MPAA Rating: R/ Genre: Horror/ Stars: Jamie Lee Curtis, Judy Greer, Andi Matichak, James Jude Courtney and Nick Castle, Will Patton, Virginia Gardner, Haluk Bilginer, Jefferson Hall, Rhian Rees, Toby Huss, Omar Dorsey, Dylan Arnold, Miles Robbins, Drew Scheid, Jibrail Nantambu/ Runtime: 106 minutes
For years dear reader I feel that it is not unreasonable to compare the Halloween franchise to a home on unsteady ground. Indeed, despite being built on one of the most steady foundations possible, this is a home that has not been treated well in its 40 year-existence as various tenants have come and gone, but while living there, often without the consultation of the original builders, they have chosen to alter this home to the point of unrecognizability. Yet those who love this home unconditionally have always said that tearing it down is unnecessary. Instead we argue that all it’ll take is a worthy tenant to come in and take advantage of the structure’s solid, still-remaining bones and thus spruce the home up to its former glory.
Thankfully Halloween lovers our patience has at long last paid off. I say that because along with co-writer Danny McBride and producers John Carpenter and Jason Blum, a man named David Gordon Green has stepped up to the plate and just knocked it out of the park. Indeed what he has created with this film is truly wonderful in that not only do we get a wonderful tribute to the story that started it all, but we are also getting a post-modern reflection of the events of that night back in 1978 that manages to perfectly subverts all the best things that horror fans have come to know and love about the legacy of the infamous killer that is Michael Myers.
The plot is as follows: Set 40 years after the 1978 original in the suburb of Haddonfield, Illinois, the new Halloween, thank God, erases all previous sequels from the continuity in order to tell a story about the infinite impact of trauma and the scars it leaves behind. Nowhere is this more evident than with Laurie Strode (Jamie Lee Curtis) who, since the terrifying events of that one night, has devoted her life to preparing for Michael’s eventual return…despite sacrificing the chance to have her family in her life in the process. Of course, Laurie is entirely right in her way of thinking, and it isn’t long before a chain of events results in Michael, with nothing but murder on his mind, as par the course, making his way to his hometown, reclaiming his classic mask in the process, yet again. This time however, Michael isn’t the only one ready to throw down on Halloween and thus the stage is set for a throw-down between the iconic killer and the one victim who not only got away, but who is now ready to stop him no matter what the cost….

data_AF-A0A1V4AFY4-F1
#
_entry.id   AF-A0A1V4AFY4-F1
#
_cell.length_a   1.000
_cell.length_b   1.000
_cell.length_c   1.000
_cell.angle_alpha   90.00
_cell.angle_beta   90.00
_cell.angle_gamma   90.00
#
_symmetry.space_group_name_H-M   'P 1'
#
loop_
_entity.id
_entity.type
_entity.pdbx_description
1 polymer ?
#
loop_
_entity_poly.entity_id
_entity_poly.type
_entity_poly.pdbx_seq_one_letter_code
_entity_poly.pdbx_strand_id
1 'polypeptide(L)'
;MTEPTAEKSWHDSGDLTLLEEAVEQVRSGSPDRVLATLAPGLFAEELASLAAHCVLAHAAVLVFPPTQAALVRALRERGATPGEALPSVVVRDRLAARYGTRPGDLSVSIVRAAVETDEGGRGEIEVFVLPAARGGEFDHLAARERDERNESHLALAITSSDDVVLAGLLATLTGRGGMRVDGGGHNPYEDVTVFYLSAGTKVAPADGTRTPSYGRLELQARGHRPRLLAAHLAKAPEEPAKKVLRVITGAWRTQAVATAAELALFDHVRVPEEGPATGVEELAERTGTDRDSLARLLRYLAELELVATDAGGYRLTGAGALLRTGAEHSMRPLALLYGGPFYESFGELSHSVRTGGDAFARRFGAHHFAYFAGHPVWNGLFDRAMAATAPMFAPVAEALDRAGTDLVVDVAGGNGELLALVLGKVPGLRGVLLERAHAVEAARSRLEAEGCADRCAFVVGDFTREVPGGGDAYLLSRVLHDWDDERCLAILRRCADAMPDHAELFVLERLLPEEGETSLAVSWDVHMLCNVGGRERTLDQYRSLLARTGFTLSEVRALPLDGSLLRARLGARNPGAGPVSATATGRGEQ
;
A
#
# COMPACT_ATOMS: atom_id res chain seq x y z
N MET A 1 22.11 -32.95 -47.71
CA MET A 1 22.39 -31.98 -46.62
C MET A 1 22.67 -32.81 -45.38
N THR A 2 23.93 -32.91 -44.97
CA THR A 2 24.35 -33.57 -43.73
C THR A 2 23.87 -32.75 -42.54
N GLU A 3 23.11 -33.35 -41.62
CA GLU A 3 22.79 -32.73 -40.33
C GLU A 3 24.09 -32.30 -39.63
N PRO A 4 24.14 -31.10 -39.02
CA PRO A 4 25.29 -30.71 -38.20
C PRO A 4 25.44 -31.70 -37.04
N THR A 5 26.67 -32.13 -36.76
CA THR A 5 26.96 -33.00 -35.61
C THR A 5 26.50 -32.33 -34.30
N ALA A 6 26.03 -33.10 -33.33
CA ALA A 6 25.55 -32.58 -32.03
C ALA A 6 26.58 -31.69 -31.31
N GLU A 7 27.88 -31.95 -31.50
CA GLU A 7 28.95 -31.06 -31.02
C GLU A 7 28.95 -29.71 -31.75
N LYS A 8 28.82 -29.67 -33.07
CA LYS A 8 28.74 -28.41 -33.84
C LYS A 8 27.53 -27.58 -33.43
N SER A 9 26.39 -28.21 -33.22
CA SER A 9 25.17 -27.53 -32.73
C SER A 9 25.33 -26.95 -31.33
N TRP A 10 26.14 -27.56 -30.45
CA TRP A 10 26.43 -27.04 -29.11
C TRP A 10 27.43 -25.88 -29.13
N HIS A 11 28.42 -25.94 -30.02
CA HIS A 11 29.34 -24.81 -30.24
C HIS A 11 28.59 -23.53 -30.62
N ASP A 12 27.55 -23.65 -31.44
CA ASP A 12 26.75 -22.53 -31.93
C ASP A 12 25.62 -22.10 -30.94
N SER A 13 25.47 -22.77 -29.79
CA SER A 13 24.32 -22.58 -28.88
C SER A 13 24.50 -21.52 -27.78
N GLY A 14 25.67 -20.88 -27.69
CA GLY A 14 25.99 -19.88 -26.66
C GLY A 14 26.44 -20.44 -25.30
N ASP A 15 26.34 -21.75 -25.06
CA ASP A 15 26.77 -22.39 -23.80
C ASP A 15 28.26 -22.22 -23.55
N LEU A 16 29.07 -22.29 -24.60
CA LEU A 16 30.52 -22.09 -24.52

Now although it’s not technically a reboot or a remake, in fact it’s a direct sequel to the first movie, the new Halloween does still have to try and avoid the dangerous hurdles of both for a multitude of reasons. Yet part of what makes the experience of watching this film so wonderful however is how it takes what we know are potential weaknesses and makes them strengths instead. The key one of these being that, at the film’s core, this has the same high-concept setup as the original Halloween, yet not once does it feel stale, more like going back to basics (after all, it was the original’s simplicity that really helped make it so terrifying). Also while there are specific references and homages throughout the film, so definitely keep your eyes peeled, they’re never played straight-up. Instead the film is always energized by these little twists and they ultimately just serve to add new context and consideration to the film.